…The retailer, which has more than 300 stores across the UK, upgraded to a new system called Blue Yonder several weeks ago, but it has been struggling to get stock out to shops and fulfil customer orders.

A spokesperson from the chain said: “Waterstones last month upgraded the system that manages stock distribution from our warehouse to Blue Yonder technology. This is now operational, with stock flowing to our bookshops and customers. Over the implementation period, however, a backlog of orders was created which we are now processing as quickly as we can.”

… Sam Missingham, publishing commentator and founder of The Empowered Author book marketing service raised the issue on Twitter and was inundated with replies from frustrated staff, authors and customers.

One Waterstones bookseller wrote, “We haven’t had deliveries for over a month because there’s an overhaul of our system, but something has gone wrong and we are having to order emergency stock directly from the publishers. Glasgow ran out of books.”…

(8) VICTORIA AND ALBERT AND FRANKENSTEIN. “It’s a monster mash! How the V&A is facing a transatlantic battle over a 7ft Frankenstein figure” – in the Guardian.

…Is it natural history, though? Was the monster real? Not the point.

What is the point? That the NHM was given the monster, and the costume, by Universal Studios in 1935. It in turn lent it to the Academy Museum of Motion Pictures, where it was reported as being destroyed in 1967. So the NHM was a bit surprised when it showed up in the V&A in London.

It wants it back? Too right. It is demanding repatriation to California, “where it belongs”.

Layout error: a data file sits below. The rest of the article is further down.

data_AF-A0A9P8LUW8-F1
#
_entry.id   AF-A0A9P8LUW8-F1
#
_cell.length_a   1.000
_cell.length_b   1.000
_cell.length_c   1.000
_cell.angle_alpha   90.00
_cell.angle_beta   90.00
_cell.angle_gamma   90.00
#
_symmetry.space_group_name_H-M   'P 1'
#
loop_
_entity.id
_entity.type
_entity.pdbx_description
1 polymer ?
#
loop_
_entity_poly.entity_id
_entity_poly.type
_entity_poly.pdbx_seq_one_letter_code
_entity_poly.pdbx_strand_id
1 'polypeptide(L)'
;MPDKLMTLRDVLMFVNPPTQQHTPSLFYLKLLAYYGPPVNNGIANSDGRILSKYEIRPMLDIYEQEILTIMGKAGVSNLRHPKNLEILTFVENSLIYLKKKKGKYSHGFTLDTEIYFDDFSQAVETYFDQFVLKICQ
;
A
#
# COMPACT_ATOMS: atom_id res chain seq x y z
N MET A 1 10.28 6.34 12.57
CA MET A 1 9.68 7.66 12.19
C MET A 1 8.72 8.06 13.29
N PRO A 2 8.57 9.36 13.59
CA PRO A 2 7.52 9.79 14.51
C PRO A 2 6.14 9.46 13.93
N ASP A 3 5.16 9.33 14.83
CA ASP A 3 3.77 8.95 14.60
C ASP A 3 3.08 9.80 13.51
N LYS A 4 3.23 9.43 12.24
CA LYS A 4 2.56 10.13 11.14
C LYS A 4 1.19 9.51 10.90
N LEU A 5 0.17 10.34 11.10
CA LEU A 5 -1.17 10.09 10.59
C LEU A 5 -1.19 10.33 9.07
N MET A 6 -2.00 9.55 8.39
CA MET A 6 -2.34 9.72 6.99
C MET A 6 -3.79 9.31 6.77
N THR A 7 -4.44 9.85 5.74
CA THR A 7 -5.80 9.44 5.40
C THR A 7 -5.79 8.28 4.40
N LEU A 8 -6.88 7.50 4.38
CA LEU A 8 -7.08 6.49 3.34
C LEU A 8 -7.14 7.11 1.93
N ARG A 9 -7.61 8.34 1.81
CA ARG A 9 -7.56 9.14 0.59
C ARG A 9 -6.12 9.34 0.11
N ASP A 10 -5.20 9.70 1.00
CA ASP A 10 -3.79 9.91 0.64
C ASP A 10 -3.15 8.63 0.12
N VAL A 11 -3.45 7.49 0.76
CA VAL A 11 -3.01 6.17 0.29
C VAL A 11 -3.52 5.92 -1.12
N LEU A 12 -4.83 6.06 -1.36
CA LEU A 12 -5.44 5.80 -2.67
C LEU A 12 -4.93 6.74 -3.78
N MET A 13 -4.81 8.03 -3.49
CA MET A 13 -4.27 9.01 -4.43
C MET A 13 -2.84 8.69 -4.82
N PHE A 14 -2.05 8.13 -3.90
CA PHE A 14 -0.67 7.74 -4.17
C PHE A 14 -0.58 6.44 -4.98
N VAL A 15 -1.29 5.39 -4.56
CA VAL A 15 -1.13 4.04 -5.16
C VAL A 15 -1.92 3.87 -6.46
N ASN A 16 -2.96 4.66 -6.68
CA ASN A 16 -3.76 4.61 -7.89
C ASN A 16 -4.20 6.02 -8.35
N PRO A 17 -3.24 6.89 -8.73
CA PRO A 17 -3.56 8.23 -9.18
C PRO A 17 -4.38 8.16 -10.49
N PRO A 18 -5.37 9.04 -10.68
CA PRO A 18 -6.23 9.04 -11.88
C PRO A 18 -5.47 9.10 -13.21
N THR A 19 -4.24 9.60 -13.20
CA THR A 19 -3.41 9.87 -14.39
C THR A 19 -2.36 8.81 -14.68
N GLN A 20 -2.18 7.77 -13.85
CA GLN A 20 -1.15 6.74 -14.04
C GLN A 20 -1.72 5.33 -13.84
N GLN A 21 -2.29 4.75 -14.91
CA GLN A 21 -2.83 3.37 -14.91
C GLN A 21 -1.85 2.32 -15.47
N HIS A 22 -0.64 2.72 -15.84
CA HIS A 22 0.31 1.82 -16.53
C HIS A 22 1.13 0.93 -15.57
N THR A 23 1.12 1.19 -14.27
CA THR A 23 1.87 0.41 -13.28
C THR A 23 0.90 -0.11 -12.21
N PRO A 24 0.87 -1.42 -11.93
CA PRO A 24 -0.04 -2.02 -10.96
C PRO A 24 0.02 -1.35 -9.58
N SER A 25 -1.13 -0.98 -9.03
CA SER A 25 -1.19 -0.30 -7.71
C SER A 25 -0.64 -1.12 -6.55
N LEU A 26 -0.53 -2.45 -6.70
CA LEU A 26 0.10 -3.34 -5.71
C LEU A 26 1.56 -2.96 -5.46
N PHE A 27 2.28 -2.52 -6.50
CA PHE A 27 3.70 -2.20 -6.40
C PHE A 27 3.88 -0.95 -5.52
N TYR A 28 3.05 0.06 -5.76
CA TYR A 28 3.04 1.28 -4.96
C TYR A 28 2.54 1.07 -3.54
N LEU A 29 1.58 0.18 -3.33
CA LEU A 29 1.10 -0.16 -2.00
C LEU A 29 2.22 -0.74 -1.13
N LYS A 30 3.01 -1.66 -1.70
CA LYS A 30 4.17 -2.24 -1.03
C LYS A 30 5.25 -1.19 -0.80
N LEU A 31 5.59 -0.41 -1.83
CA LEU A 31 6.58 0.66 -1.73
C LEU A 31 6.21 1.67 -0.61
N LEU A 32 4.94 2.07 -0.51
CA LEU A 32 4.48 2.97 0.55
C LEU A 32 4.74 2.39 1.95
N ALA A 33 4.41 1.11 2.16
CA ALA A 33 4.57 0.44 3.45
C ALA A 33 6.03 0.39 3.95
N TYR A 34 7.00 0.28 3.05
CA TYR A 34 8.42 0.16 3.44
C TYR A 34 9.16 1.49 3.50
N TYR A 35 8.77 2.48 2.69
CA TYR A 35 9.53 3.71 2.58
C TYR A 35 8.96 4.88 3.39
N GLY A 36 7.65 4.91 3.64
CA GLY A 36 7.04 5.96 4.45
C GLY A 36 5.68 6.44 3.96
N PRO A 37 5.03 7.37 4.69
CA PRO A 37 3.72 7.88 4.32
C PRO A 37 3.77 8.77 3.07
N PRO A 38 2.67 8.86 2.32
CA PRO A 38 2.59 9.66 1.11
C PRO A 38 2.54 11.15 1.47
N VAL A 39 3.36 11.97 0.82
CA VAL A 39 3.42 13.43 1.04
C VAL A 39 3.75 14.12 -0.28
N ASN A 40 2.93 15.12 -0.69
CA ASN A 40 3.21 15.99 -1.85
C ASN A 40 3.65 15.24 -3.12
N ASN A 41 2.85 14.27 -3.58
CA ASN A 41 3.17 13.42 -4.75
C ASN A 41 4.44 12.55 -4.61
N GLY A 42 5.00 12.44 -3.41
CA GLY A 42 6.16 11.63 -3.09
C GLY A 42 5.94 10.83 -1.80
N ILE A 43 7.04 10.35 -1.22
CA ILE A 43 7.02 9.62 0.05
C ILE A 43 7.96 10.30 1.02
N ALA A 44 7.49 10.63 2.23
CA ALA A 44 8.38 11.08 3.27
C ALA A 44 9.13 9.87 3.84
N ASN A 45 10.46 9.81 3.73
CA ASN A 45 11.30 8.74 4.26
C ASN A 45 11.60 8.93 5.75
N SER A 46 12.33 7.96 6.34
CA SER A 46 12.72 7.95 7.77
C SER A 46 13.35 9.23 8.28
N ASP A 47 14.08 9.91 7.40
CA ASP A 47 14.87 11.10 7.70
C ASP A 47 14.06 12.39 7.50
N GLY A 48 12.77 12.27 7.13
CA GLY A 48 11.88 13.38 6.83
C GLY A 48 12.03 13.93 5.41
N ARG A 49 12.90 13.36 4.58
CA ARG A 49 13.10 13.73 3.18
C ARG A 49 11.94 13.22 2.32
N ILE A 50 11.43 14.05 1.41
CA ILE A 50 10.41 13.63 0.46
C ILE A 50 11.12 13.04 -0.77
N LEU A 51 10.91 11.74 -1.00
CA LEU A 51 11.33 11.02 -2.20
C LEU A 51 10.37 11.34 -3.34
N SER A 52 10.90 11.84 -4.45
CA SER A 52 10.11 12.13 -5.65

Basically the Elgin marbles, then, only more gothic. See also the Benin bronzes…. 

(9) MEDIA BIRTHDAY.  

1953 [By Cat Eldridge.] Ok I’m not saying it was a very serious genre film, but Abbott and Costello Meet Dr. Jekyll and Mr. Hyde did premiere sixty-nine years but as you’ll see in a bit it actually was liked quite a bit by the critics at the time. 

It was directed by Charles Lamont who had done several Abbott and Costello comedies already including Abbott and Costello Meet the Invisible Man. The screenplay was by Lee Leob who would later write Abbott and Costello Meet the Mummy (yes, there’s a theme here) andJohn Grant who also wrote Abbott and Costello Meet the Invisible Man, along with Abbott and Costello Meet Frankenstein and, I kid you not, Abbott and Costello Meet the Killer, Boris Karloff. They were all very popular.

Though it had a “PG” rating here, the censors in Britain weren’t happy with it. It received an “X” rating it there because of the scenes with Mr. Hyde. And that was not Karloff as Hyde though he credited as such in the film. Once the transformation was complete, Hyde was played by stuntman Eddie Parker, who was uncredited in the film. 

An opening night review by the Los Angeles Times was most complimentary: “Robert Louis Stevenson is turning over in his grave, it’s probably only so he can get in a more comfortable position for a belly laugh.” And likewise Film Daily liked it when they saw it at a preview: “If the audience reaction at a sneak preview can be taken as a criterion, then Universal-International has another big treat for the Abbott and Costello fans.” Interestingly reviewers linked to Rotten Tomatoes really don’t like it at all.

Audience reviewers at Rotten Tomatoes give it a rather decent sixty-two percent rating. 

Please do not offer up links to YouTube copies of it as it still under copyright and we will delete your comment. The Movie Channel, a unit of Paramount, owns the copyright. It actually runs there from time as do all of the Abbott and Costello comedies. 

(10) TODAY’S BIRTHDAYS.

[Compiled by Cat Eldridge.]